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determining sub exposure times

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#1 Orion64

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Posted 16 July 2014 - 05:13 PM

Are there any tutorials that will show me how to calculate good exposure times for my subs? I use Maxim Dl.

Are these methods to calculate sub exposure times critical to imaging or can one just check what the maximum time is before details are blown out?

#2 dawziecat

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Posted 16 July 2014 - 05:21 PM

Starizona Calculator

Dave Watson site

And google Steve Cannistra Calculator.

When all is said and done though, there always seems "wiggle room." You can never really nail it down definitively.

And, it always seems controversial too.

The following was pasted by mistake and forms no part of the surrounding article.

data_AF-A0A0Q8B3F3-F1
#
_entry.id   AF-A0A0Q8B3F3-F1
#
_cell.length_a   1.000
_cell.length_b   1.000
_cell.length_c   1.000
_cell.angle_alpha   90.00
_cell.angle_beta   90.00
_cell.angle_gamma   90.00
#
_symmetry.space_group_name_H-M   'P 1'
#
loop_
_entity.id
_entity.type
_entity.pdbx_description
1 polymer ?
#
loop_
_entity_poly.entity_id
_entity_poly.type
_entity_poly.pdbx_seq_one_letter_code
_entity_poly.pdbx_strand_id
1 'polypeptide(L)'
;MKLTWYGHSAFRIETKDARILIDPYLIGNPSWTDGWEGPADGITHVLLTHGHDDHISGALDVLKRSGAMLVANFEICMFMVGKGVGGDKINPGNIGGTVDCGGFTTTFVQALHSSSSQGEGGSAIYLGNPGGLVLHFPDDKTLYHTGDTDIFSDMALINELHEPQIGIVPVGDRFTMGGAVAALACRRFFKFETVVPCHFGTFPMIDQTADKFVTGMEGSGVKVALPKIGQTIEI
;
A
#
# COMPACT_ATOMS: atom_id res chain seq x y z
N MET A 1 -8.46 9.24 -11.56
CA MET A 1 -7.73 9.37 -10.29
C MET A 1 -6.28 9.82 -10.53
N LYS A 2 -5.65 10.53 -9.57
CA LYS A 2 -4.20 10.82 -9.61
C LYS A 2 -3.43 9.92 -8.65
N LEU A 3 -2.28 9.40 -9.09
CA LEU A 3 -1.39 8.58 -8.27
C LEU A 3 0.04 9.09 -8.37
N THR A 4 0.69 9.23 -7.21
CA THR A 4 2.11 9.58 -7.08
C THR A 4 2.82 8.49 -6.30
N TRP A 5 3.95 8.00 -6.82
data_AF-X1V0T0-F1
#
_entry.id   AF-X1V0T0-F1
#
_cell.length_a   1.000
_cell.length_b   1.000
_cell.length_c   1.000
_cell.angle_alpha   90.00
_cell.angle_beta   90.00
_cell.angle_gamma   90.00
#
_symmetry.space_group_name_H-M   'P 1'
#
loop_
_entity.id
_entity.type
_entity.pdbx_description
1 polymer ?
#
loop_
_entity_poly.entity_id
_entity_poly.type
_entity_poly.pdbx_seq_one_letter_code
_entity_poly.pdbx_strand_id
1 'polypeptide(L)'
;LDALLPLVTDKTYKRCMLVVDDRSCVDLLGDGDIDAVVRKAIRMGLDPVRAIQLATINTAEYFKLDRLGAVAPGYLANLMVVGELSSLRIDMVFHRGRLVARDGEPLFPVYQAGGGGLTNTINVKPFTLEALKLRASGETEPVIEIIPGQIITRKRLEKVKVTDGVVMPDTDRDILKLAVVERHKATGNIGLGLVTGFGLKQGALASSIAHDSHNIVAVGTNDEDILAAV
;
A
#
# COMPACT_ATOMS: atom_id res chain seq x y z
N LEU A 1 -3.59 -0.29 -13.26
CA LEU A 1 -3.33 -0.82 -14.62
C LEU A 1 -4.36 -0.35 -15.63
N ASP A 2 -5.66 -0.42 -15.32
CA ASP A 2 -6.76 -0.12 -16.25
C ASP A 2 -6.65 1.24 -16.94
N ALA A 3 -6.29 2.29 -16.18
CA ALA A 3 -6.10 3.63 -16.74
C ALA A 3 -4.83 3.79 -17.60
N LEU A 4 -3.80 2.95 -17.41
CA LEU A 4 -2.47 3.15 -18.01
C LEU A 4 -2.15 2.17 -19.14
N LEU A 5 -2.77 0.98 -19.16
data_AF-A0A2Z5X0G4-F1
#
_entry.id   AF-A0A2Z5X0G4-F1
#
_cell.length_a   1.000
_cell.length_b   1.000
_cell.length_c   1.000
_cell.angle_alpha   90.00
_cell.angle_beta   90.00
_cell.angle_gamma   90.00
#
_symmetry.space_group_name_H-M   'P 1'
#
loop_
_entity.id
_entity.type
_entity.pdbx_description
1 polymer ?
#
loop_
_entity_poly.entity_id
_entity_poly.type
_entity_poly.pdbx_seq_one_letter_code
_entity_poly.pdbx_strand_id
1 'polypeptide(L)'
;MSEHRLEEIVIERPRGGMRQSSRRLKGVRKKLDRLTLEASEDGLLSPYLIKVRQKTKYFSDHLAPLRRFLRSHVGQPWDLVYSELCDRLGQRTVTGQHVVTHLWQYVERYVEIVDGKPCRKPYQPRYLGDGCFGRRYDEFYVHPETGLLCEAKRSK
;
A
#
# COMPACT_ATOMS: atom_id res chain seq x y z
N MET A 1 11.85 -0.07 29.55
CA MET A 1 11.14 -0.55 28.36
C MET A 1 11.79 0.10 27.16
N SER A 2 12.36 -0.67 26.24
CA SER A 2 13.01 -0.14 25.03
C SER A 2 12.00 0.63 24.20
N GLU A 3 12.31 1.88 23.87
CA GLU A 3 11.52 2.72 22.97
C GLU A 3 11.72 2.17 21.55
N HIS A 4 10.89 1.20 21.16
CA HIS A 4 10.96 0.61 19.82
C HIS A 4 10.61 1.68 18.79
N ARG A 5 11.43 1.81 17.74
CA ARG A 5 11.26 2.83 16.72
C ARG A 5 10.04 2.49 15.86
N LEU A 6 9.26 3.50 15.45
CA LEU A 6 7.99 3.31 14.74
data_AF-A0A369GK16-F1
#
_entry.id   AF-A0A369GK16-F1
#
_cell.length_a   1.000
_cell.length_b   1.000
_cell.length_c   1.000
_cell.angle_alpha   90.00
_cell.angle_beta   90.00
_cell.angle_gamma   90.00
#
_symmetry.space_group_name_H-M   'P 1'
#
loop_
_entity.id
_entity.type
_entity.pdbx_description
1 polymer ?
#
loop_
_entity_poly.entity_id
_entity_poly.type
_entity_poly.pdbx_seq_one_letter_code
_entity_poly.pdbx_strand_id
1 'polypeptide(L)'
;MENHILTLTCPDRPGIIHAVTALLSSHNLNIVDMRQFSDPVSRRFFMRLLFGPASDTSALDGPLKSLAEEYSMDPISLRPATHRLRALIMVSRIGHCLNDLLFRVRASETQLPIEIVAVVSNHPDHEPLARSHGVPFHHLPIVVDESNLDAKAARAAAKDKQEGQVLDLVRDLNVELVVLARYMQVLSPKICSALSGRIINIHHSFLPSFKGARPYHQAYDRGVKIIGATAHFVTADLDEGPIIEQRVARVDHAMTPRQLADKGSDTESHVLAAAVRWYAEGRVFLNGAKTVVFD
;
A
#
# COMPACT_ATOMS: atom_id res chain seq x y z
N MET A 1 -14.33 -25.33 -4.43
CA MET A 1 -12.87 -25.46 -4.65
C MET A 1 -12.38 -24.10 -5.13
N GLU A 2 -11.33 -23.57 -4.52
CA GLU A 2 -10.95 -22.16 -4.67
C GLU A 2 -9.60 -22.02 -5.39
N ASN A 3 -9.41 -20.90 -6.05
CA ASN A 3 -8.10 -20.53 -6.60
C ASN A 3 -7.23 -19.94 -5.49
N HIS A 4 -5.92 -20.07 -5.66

#3 Alex McConahay

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Posted 16 July 2014 - 07:32 PM

There are several calculators that assume you want to get signal up a certain percentage of background noise. And once there, stop that subexposure and start another. That is the basis of the Starizona calculators. they will do you well in general.

You won't find them too useful for narrowband. And if you are looking for star color instead (of nebulosity) , you may have to alter their recommendations.

Alex

#4 gezak22

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Posted 17 July 2014 - 12:12 AM

Are there any tutorials that will show me how to calculate good exposure times for my subs? I use Maxim Dl.

Are these methods to calculate sub exposure times critical to imaging or can one just check what the maximum time is before details are blown out?


For L, R, G, and B use the Starizona calculator to calculate the optimum exposure time. Cutting that exposure in half and then doubling the number of subexposures is a perfectly valid alternative (Last bold subsection at bottom of page). My guess is that your f/4 astrograph will get you a very nice signal with 3 minute exposures from dark skies.